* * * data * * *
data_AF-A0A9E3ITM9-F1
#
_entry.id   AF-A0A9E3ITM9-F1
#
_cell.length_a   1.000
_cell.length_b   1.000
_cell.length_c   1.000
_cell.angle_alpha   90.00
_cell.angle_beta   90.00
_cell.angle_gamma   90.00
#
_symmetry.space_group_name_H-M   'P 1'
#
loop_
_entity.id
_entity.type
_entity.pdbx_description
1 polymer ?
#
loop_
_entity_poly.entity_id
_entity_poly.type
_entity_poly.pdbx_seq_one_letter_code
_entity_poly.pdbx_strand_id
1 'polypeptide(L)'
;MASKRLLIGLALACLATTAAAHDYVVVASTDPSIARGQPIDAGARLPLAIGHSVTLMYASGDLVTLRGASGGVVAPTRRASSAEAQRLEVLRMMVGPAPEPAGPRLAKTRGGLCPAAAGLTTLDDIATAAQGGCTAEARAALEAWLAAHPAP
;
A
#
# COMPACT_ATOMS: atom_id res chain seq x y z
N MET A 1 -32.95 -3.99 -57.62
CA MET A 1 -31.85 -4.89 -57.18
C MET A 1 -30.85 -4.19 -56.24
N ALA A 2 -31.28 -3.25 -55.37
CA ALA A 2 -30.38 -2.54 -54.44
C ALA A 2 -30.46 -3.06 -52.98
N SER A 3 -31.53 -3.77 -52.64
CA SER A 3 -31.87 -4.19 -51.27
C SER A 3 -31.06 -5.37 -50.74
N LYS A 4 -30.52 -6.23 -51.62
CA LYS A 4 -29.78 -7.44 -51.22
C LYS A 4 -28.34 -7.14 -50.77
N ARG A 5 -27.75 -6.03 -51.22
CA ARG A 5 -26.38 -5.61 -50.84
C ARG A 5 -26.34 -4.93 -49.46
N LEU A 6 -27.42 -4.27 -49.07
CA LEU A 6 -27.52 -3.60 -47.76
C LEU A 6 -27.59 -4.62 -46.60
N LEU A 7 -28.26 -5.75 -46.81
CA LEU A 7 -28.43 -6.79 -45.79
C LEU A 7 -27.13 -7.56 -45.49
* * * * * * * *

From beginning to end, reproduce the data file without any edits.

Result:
data_AF-A0A9E3ITM9-F1
#
_entry.id   AF-A0A9E3ITM9-F1
#
_cell.length_a   1.000
_cell.length_b   1.000
_cell.length_c   1.000
_cell.angle_alpha   90.00
_cell.angle_beta   90.00
_cell.angle_gamma   90.00
#
_symmetry.space_group_name_H-M   'P 1'
#
loop_
_entity.id
_entity.type
_entity.pdbx_description
1 polymer ?
#
loop_
_entity_poly.entity_id
_entity_poly.type
_entity_poly.pdbx_seq_one_letter_code
_entity_poly.pdbx_strand_id
1 'polypeptide(L)'
;MASKRLLIGLALACLATTAAAHDYVVVASTDPSIARGQPIDAGARLPLAIGHSVTLMYASGDLVTLRGASGGVVAPTRRASSAEAQRLEVLRMMVGPAPEPAGPRLAKTRGGLCPAAAGLTTLDDIATAAQGGCTAEARAALEAWLAAHPAP
;
A
#
# COMPACT_ATOMS: atom_id res chain seq x y z
N MET A 1 -32.95 -3.99 -57.62
CA MET A 1 -31.85 -4.89 -57.18
C MET A 1 -30.85 -4.19 -56.24
N ALA A 2 -31.28 -3.25 -55.37
CA ALA A 2 -30.38 -2.54 -54.44
C ALA A 2 -30.46 -3.06 -52.98
N SER A 3 -31.53 -3.77 -52.64
CA SER A 3 -31.87 -4.19 -51.27
C SER A 3 -31.06 -5.37 -50.74
N LYS A 4 -30.52 -6.23 -51.62
CA LYS A 4 -29.78 -7.44 -51.22
C LYS A 4 -28.34 -7.14 -50.77
N ARG A 5 -27.75 -6.03 -51.22
CA ARG A 5 -26.38 -5.61 -50.84
C ARG A 5 -26.34 -4.93 -49.46
N LEU A 6 -27.42 -4.27 -49.07
CA LEU A 6 -27.52 -3.60 -47.76
C LEU A 6 -27.59 -4.62 -46.60
N LEU A 7 -28.26 -5.75 -46.81
CA LEU A 7 -28.43 -6.79 -45.79
C LEU A 7 -27.13 -7.56 -45.49